Speaking at a special event in the European Parliament to mark the Solidar Day of Action on Migrant Domestic Workers and Global Social Protection, Jean, a member of the European Parliament Employment and Social Affairs Committee, said:
"Domestic workers are an important part of the workforce and should be entitled to the same rights as any other worker, including pay and working hours. Migrant domestic workers are especially vulnerable. Despite claiming in June that such workers in the UK are adequately provided for, the government has since signalled an intention to reduce their rights as part of its immigration crack-down.

"I urge the UK government to reconsider its proposals to abolish the visa and instead look to improve the working and living conditions of domestic workers without delay by signing and ratifying the new ILO Convention. As Leddy Mozombite from the Domestic Workers Union in Peru said today: "When you are creating laws in Parliament, remember us: we look after your children"

Executing drugs

Green Party MEP Keith Taylor wrote to the European Commission in October calling on them to close the loopholes that have seen legally exported drugs from European countries used in lethal injections for execution.

The tragic execution of Troy Davis in Georgia last month shocked the world and renewed calls for an end to the death penalty. Keith was horrified and deeply saddened by Troy Davis' death, which was carried out despite serious doubts about his guilt. The death penalty fundamentally breaches an individual's right to life and can never be justified.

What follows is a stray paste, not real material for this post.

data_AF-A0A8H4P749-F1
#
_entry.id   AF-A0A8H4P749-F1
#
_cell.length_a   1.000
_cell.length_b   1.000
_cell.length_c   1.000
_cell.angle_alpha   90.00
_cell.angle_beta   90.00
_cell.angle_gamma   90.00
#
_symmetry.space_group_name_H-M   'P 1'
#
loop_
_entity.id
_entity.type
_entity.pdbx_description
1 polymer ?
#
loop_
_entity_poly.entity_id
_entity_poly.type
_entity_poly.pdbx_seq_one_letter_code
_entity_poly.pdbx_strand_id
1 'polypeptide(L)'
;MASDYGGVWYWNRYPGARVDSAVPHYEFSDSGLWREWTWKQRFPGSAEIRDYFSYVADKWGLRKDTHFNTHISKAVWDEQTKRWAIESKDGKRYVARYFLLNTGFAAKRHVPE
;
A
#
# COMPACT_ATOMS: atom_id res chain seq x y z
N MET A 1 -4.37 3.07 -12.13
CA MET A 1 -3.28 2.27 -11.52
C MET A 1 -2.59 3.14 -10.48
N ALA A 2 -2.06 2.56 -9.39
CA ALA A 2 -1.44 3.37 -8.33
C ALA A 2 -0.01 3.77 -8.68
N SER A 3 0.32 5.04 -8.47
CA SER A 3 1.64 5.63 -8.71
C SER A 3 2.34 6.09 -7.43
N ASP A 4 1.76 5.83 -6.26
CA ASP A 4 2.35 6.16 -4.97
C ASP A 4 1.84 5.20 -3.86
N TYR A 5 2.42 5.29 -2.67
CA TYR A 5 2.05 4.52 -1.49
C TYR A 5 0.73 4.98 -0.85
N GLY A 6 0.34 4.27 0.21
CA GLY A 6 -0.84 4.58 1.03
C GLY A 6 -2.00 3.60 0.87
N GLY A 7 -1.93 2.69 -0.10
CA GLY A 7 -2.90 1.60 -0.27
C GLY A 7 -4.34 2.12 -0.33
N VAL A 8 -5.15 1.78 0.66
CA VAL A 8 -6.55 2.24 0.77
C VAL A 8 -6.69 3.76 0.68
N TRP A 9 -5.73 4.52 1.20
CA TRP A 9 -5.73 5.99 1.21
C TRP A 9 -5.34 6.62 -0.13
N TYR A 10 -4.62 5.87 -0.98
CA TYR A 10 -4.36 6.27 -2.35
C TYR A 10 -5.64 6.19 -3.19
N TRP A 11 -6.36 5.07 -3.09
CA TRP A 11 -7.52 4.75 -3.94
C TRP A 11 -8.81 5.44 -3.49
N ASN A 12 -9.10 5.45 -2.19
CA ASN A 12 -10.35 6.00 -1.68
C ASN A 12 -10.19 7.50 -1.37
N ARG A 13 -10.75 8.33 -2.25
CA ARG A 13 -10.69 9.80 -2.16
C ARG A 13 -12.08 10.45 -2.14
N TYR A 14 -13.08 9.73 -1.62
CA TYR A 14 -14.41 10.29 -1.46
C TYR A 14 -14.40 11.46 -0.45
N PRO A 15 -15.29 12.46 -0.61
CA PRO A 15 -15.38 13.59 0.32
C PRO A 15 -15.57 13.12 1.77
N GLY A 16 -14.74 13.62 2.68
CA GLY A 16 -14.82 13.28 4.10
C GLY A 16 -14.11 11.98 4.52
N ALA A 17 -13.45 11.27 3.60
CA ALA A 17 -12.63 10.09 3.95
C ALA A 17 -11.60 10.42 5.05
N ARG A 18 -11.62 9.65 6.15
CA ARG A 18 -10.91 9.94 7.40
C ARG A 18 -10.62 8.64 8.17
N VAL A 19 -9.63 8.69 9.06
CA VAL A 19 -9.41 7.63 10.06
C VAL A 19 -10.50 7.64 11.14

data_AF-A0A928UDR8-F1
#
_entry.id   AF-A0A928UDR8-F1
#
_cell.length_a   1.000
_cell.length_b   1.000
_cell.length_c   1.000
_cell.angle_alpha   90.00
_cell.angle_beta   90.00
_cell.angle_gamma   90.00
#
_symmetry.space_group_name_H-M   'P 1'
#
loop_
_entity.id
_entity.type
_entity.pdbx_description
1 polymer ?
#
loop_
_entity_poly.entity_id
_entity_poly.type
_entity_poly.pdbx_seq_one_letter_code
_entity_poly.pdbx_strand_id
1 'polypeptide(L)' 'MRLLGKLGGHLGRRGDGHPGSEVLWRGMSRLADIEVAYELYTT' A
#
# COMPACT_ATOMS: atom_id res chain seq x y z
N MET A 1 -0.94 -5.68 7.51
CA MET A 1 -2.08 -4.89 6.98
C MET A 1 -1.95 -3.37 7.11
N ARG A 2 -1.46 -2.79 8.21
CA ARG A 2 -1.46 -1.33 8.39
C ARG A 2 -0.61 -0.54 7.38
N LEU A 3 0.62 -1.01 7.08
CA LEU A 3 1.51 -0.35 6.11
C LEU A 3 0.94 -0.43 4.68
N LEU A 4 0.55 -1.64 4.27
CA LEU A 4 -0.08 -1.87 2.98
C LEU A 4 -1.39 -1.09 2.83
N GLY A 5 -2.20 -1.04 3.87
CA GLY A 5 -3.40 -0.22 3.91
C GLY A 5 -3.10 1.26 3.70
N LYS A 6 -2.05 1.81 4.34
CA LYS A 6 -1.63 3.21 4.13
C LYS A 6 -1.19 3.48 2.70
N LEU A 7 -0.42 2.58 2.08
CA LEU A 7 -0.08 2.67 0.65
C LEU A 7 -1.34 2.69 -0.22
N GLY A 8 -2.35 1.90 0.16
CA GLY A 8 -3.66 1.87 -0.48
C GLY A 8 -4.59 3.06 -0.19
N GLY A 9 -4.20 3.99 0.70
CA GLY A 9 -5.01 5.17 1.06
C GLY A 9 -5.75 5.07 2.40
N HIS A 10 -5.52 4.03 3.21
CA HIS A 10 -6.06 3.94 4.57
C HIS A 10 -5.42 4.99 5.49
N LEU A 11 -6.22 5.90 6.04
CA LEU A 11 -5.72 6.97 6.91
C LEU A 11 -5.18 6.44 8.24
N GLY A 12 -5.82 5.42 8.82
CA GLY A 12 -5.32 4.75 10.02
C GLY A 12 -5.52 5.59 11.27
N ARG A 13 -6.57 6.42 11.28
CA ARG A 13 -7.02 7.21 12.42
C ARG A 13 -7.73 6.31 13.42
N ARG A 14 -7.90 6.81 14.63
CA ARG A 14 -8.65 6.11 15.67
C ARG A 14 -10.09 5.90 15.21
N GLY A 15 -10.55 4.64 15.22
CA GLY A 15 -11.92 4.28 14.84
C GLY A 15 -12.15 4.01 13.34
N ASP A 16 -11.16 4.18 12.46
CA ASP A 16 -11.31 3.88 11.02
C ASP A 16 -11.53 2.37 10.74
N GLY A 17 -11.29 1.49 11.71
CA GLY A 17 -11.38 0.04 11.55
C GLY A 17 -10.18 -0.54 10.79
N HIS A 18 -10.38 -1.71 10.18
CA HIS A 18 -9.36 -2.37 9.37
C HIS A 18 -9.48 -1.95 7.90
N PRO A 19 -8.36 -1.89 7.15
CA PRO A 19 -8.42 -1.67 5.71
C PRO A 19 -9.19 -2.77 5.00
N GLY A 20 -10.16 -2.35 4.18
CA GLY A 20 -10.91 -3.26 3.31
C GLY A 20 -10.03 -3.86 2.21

Keith finds it completely abhorrent that drugs exported from the EU were used in the execution of Troy Davis and others, and he is calling for the EU to immediately close loopholes which have allowed EU drugs to be used in executions.

Keith previously tabled an official written question on this issue stating that the export of such drugs for execution purposes goes against the spirit of the Torture Regulation and calling for a 'catch-all' end use control to the regulation, which would allow member states to prohibit sales of certain drugs on a case-by-case basis when it is clear that their sole use would be in executions.

Since the execution of Troy Davis, many constituents have contacted Keith expressing their concerns about the EU's stance on the exports of death penalty equipment and Keith is urging the Commission to close current loopholes to ensure drugs exported from the EU can never be legally used in executions.

Planning problems

The UK's Green MEPs, Keith Taylor and Jean Lambert, accused the government of showing blatant disregard for the UK's obligations to meet legally binding EU targets on air quality and renewable energy in their proposed National Planning Policy Framework.

The proposed framework removes the 'brownfield development first' policy, taking away the national priority for previously developed land to be developed before greenfield sites are built on. It also removes the 'town centre first' policy for new office developments and weakens the rules for leisure and retail developments. This shift to development outside town centres will create a need for more travel, increasing already dangerously high levels of air pollution. The UK government is currently failing to meet both PM10 and nitrogen dioxide limit values set by the EU in its legislation on air quality.